You have an online store. Congratulations! The next step is to market your shop so that you can optimise sales. What we often hear when talking about marketing is the 4 Ps: product, place, promotion, and price. As a major component of the 4 Ps, it’s important to price your products or services strategically since knowing how to manipulate prices can directly affect sales and profit. Balance between competitor prices, price of the product, and consumers’ willingness to pay. With an effective pricing strategy, you can quickly and effectively improve your bottom line.
How you decide to price your products can depend on a number of factors. Ask yourself how you want your brand to be perceived, how quickly you need to break even, or who your target audience is. Whatever your long-term pricing strategy, there are several pricing techniques that you can implement to maximise profits. Experiment with a few of these to see if it works for your business and its products. Since prices can be changed easily on e-commerce platforms like Carousell, you can revert back to your original price point if it’s not meeting your expected performance. Here are five pricing techniques to try.
1. Raise prices incrementally
As a general rule, you will want to increase your prices incrementally, say 5%, so as not to scare consumers away or change how you are positioned in the existing market. Prices should also not be raised very frequently, especially if you rely more on repeated customers instead of new customers. Having similar prices each time can attract customers to come back and recommend your shop to others.
2. Raise prices for cheaper items instead of expensive items
It’s obviously more noticeable when you go from $500 to $600 compared to $50 to $60 even though it’s the same percentage increase. The nominal value just looks significantly higher. Thus it is best to raise prices for cheaper items instead of expensive items as consumers are more willing to pay an extra $10 compared to $100. The extra $10 is not so much of a deal-breaker. This is especially true for high-value items since consumers tend to be more price-sensitive and spend a longer period of time doing in-depth research for the best deal.
3. Choose a strategic timing
Seasonal marketing is a good strategy to use in price changes. For example, the holiday season is a good time to raise or lower your prices to attract more consumers into your shop and buy more. If your product is catered towards students, summer might be a good time. At the same time, avoid exam periods as their priorities would not be to shop. Constantly monitor the market as it is constantly changing. If a certain product has become more popular due to a spike in social media influence, know how to take advantage of it using pricing tactics.
You may also want to keep tabs on your competitors regularly, whether they’re on the same platform or other e-commerce websites. Online shoppers are savvier these days and might check prices across different businesses that sell similar products. Keeping prices competitive may give you that extra edge.
4. Lower prices
Increasing prices is not the only way to maximise profits. You can also lower the price of some of your products in order to draw consumers into your shop. This strategy focuses on selling in high quantities to make up for the profit instead of increasing the profit margin of a specific product. By luring customers in with lower pricing, they may be tempted to buy other items in your shop that are regular or higher priced. Ensure your product is suitable to use this strategy on, as it often requires high volume purchases for profits to reel in.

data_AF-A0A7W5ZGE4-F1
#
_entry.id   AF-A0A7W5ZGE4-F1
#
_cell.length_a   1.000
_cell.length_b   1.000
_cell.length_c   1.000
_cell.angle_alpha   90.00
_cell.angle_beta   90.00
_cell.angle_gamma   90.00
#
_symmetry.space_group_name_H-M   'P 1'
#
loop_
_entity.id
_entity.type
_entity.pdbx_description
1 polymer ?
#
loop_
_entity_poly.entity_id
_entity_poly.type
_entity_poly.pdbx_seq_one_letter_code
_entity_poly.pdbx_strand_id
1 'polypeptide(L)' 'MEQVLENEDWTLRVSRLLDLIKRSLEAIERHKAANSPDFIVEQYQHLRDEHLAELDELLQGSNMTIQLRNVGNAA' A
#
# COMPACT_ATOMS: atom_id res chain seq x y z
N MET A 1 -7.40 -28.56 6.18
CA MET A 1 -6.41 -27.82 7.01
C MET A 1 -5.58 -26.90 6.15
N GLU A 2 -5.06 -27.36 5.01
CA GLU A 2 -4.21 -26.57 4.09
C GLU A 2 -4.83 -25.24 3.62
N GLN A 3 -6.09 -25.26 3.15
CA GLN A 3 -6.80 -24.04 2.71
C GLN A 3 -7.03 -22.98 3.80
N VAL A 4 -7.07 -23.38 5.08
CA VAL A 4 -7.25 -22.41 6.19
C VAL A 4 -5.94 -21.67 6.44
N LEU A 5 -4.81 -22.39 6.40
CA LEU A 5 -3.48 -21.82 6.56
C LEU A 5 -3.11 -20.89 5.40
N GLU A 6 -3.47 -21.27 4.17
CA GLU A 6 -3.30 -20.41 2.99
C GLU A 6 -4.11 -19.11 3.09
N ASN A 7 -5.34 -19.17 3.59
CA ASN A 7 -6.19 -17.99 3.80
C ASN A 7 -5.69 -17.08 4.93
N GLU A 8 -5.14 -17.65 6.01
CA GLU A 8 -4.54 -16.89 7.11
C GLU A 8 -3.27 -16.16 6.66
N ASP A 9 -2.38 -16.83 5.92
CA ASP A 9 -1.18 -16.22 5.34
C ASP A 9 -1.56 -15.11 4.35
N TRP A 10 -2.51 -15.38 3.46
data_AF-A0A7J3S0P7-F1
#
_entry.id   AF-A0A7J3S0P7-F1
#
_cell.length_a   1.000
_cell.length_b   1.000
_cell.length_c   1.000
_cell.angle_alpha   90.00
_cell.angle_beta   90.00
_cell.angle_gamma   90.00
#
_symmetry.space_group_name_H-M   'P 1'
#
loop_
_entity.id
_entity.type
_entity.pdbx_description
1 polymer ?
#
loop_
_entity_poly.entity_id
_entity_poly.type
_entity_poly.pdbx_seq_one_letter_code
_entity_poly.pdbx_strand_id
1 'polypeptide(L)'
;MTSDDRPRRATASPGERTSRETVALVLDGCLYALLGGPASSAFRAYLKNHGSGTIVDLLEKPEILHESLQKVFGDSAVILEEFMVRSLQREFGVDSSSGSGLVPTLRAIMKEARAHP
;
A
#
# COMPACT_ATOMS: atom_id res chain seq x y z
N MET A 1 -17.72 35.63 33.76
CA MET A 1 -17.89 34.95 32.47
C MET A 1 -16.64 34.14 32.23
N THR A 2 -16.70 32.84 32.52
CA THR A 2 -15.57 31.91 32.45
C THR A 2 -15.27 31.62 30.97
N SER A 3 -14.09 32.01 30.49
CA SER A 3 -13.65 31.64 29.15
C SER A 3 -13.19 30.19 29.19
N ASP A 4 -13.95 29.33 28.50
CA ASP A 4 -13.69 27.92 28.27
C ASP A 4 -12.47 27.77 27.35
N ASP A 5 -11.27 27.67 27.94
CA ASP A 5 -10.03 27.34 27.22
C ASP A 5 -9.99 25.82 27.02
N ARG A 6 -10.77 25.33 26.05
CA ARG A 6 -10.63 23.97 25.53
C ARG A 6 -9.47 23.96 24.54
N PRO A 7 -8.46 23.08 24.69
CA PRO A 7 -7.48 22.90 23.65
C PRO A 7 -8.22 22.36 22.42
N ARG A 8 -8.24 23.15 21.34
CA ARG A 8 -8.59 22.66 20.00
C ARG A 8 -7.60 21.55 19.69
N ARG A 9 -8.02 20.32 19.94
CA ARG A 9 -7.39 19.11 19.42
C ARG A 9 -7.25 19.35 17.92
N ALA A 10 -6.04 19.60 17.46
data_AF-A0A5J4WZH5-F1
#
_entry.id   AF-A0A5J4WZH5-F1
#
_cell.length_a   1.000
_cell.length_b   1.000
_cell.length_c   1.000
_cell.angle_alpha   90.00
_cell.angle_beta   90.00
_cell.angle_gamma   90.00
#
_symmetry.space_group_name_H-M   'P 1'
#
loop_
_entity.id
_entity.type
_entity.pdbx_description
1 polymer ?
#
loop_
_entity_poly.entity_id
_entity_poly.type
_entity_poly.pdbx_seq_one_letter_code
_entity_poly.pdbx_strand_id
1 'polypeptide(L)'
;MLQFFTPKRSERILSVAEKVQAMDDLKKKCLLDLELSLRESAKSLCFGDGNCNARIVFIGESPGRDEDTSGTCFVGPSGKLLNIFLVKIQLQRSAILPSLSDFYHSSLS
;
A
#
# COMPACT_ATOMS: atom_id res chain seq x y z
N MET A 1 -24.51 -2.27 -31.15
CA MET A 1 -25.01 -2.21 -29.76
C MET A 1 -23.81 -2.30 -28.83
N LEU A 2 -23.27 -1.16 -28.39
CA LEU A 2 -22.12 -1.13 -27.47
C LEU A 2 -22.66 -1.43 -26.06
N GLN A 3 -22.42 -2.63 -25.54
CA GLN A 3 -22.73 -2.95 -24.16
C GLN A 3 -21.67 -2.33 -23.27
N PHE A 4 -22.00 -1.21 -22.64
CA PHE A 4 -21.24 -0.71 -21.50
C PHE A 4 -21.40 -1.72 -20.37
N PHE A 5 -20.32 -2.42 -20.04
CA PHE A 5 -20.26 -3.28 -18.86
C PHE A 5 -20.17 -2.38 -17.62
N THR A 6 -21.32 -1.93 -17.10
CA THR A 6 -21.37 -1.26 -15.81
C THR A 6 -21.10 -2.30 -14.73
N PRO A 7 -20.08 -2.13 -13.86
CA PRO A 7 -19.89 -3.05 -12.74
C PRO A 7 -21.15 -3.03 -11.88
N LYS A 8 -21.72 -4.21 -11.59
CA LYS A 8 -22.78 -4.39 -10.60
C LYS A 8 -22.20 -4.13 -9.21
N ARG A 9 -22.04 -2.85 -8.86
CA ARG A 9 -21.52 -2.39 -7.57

5. Use pricing psychology
When a consumer makes a decision to buy something, it’s because they think that it’s worth the price. Increase the perceived value of your product by using pricing psychology. One example is by using nines in your price tag and not ending with a zero. The price difference between S$11.95 and S$12 is negligible but the impression of the S$11.95 price seems significantly cheaper. This is why many products out there are priced this way. However, take caution with this pricing technique as premium or luxury products may be perceived to be cheap or ‘low-class’.
Another strategy is to price similar items differently to help facilitate the consumer’s decision-making. According to a study by Yale, when similar products are priced the same way, consumers are less likely to buy either compared to when pricing is slightly different. In their final study, just introducing a 3% difference in price nearly doubled purchases. They concluded that when prices are the same across similar products, shoppers tend to hesitate and ultimately decide not to buy. The process of deciding which one is better causes a sort of analysis paralysis where they end up over-thinking. By having differing prices, the decision is made easier. If consumers think the extra money is worth it, they will purchase the more expensive option. If it really doesn’t make a difference, then consumers will go for the cheaper option.
Lastly, you can also increase the perceived value of a product in terms of guarantees such as free gifts or free shipping. Both of these reduce the perceived cost of a product even if it’s already included in the price of the product. It makes consumers feel like they’re getting a good deal.
Boost your online sales and maximise profits by utilising and manipulating prices, one of the 4 Ps of marketing. Carousell makes it easy for you to implement any of these pricing strategies so that you can succeed. Check out Carousell Insights to learn how you can further optimise and grow your e-commerce shop.